Now, with your subbase laid, you can start on your full bed of semi-wet mix. Ideally, you’re looking for a ratio of 4:1 of sharp sand to cement for your mortar.
This is a slightly higher mix than you may be used to. This is because porcelain requires a little more cement than other paver types, to build a stronger bond between the paving slab and earth. Unfortunately, laying porcelain slabs is a little less forgiving than when working with natural stone, so it’s important to try and be as accurate as possible here.
Bond With Your Project
Remember, porcelain is a non-porous material. That makes it fantastic for resisting the effects of weathering and making it naturally anti-slip. It’s even great for drainage. But it means that it doesn’t naturally take to being laid on the wet mix you’ve carefully collated. To help with this, you’ll need a bonding bridge, also known as a slurry primer or bond coat. This is simply a specialist coating applied to the underside of paving units to improve adhesion to the bedding.
In some cases, they can also give added protection to the paving against the migration of disfiguring salts and minerals.
Simply prime the back of each slab before laying and you’ll be ready to go.
Suddenly, your project is taking shape, literally! It’s time to lay your slabs. Place each primed paver directly onto your full bed of mortar. As before, you’ll need to allow for natural drainage with a slope of 1 inch for every four feet. If you’ve put your subbase and bed down correctly, this should be easy to accommodate.
As with working with natural stone, it is important to ensure that the height of the finished paving does not breach the damp proof course of any adjacent or nearby buildings.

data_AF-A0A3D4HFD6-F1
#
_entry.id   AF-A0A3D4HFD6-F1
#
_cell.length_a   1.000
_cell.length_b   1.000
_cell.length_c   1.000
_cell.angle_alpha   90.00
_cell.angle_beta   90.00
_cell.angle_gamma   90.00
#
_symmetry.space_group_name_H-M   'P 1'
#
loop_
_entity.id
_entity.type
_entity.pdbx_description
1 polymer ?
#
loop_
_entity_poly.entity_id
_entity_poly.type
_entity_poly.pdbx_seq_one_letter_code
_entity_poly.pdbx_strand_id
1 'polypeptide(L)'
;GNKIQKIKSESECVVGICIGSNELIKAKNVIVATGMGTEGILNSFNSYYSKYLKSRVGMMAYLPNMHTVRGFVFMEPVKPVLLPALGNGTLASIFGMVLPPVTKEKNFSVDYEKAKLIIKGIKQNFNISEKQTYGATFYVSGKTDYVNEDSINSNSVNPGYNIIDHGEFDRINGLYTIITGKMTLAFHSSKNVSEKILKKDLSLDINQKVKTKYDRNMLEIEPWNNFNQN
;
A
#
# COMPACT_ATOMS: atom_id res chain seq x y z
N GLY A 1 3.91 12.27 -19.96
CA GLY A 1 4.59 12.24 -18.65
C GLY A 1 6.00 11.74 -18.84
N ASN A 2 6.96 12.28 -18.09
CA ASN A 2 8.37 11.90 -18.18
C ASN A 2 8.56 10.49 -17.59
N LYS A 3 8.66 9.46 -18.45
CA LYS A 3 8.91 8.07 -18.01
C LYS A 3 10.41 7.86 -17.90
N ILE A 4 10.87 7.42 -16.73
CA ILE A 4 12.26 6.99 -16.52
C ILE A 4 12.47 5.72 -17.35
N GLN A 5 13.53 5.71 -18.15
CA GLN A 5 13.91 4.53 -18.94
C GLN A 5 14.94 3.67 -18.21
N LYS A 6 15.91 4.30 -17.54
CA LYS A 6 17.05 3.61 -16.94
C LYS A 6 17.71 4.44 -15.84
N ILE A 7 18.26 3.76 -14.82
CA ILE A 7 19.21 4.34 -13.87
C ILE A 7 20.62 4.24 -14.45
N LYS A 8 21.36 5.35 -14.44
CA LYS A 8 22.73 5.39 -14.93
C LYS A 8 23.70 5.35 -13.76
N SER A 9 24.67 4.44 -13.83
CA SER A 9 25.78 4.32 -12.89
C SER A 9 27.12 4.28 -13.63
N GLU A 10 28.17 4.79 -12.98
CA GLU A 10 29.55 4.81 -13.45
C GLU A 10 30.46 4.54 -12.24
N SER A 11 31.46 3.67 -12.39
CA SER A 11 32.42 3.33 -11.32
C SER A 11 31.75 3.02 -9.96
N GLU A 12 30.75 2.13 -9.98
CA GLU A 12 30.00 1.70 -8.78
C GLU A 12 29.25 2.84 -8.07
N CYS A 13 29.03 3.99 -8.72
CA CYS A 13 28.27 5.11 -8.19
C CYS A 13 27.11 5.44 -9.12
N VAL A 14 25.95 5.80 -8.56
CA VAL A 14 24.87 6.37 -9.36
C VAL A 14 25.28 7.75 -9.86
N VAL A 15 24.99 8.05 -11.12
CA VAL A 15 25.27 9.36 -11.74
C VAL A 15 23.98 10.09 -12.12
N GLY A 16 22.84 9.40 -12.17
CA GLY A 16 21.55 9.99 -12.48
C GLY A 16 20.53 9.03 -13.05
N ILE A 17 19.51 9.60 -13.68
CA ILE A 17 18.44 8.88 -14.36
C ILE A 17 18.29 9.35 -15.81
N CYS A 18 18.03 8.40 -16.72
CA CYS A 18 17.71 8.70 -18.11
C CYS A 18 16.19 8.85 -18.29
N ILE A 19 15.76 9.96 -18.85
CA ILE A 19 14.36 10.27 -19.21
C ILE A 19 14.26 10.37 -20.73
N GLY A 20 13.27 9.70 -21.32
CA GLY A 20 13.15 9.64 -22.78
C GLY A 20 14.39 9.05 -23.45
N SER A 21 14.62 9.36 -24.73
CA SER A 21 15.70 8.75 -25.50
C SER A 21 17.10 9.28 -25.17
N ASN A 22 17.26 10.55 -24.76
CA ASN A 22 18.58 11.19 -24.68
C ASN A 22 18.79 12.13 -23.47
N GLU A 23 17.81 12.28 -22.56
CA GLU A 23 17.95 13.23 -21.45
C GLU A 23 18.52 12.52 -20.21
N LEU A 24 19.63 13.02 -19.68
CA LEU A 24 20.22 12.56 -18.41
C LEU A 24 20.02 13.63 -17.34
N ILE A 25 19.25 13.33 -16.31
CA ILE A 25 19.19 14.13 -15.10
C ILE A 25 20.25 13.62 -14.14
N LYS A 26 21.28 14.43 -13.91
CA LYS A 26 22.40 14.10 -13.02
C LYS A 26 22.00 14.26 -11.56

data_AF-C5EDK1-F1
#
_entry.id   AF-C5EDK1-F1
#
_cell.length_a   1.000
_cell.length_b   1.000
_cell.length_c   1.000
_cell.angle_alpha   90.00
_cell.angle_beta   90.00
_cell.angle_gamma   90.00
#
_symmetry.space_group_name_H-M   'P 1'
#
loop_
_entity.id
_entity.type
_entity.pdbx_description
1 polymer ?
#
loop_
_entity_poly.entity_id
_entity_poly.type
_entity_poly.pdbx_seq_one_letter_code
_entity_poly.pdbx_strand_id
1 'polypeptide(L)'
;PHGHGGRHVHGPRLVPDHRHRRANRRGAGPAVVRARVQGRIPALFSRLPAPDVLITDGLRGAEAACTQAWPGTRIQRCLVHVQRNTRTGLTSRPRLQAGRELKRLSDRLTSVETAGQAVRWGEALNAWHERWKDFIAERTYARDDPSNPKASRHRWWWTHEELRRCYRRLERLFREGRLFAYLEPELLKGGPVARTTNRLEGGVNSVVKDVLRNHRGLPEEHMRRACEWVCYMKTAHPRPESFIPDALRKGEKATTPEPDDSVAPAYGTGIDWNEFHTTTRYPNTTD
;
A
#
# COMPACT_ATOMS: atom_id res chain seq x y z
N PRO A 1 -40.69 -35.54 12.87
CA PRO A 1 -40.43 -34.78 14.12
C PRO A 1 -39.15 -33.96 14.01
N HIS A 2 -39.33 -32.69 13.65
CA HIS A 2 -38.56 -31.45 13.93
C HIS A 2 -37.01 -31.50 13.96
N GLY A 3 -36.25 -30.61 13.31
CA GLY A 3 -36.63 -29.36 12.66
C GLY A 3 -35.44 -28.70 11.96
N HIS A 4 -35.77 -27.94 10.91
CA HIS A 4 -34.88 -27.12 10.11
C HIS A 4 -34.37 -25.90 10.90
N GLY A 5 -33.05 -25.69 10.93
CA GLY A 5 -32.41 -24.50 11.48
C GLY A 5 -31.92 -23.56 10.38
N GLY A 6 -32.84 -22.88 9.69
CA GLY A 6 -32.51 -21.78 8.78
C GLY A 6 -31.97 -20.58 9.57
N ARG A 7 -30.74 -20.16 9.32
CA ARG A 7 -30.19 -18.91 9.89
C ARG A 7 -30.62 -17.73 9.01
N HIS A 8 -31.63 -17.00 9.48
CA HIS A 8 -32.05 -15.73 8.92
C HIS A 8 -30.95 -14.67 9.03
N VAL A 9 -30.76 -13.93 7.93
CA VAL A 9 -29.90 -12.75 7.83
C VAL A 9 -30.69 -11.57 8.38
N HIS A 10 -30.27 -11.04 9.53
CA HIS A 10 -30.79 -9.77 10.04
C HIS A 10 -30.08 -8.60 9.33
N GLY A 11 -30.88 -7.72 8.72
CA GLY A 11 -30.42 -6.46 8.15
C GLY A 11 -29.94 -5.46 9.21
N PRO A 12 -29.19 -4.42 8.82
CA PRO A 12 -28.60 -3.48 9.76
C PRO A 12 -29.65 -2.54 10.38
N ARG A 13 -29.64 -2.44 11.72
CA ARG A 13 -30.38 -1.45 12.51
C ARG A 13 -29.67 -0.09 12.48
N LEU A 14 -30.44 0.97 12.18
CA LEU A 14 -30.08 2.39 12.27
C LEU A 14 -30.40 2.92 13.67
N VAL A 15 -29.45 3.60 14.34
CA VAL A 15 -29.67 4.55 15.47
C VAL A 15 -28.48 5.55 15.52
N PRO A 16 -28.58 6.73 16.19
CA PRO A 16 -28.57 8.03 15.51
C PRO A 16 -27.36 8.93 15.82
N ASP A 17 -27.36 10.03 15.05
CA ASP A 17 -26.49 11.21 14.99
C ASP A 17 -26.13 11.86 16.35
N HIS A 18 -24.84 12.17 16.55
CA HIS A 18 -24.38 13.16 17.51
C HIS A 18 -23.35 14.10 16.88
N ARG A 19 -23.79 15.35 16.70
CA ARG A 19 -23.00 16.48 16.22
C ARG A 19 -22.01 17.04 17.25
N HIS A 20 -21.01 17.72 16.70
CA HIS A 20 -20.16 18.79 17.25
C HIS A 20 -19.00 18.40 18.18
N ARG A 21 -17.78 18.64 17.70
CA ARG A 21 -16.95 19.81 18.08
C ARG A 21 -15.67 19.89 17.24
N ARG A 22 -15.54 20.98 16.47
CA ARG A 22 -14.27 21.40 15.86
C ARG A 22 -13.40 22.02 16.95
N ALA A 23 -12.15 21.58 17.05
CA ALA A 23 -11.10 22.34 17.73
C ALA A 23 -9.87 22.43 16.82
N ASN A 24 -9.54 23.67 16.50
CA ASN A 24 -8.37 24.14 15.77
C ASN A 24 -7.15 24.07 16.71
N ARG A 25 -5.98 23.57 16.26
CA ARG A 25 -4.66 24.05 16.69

We’d recommend you start by laying each slab into position one corner at a time. This will help ensure accurate placement as you go. You may also prefer to lay your mortar one slab at a time if you’re not sure about the previous steps. This not only ensures the mortar won’t dry before you install the pavers but will also again help ensure accuracy.
It’s now a case of tapping (also known as tamping) your pavers into space, carefully. Remember, porcelain is strong, but it won’t be able to withstand excessive hammering, so try to avoid excessive repositioning. Try to be efficient by measuring and knowing the design you want before laying.
The overall strength of the completed surface will still rely heavily on the bond between the mortar and the slab, so getting the stage detailed above right is important! For best results, position the slab when 100% of the paver is in contact with the mortar bed, as this will ensure a stronger bond and deliver a longer lifespan.
Get Some Space
Using spacers is one way to make your job easier. They’ll enable you to create a joint between the pavers. Roughly, you should be looking to leave an even, 5mm (0.2 inch) joint between each paver.
The end is in sight! From here, it’s just a case of continuing to lay your pavers, tapping and spacing until your project area is covered. Once all your slabs are down and in place, you can remove any leftover primer from the surface porcelain by giving them a quick clean.
Grout it Out
All that’s left to do is to grout the porcelain with a good quality external tile grout.
If you’re really looking to give your outdoor space a wow factor, then our selection of Italian and in-house porcelain will help you get just that! Porcelain boasts incredible versatility and practicality, combined with stunning good looks. It’s heat resistant, naturally anti-slip, and weather and frost resistant, yet can compete with the best of natural stone for aesthetic appeal too. It’s one of the best value materials you can use, being long-lasting, hard wearing and more than drop-dead gorgeous enough to impress the neighbours and visitors alike. So, although they can be a little trickier to lay than other paving, we hope our guide on how to lay porcelain slabs will inspire you to go for it and create your perfect outdoor space.Tags: Corker Outdoor, Courtyards, Driveways, How to lay Paving, Indian Porcelain, Italian Porcelain, Landscaping, Laying Paving, Patios, Paving Services, Paving Slabs, Porcelain Cutting, Porcelain Paving, Sub-base, Sub-grade, Sustainable Building Materials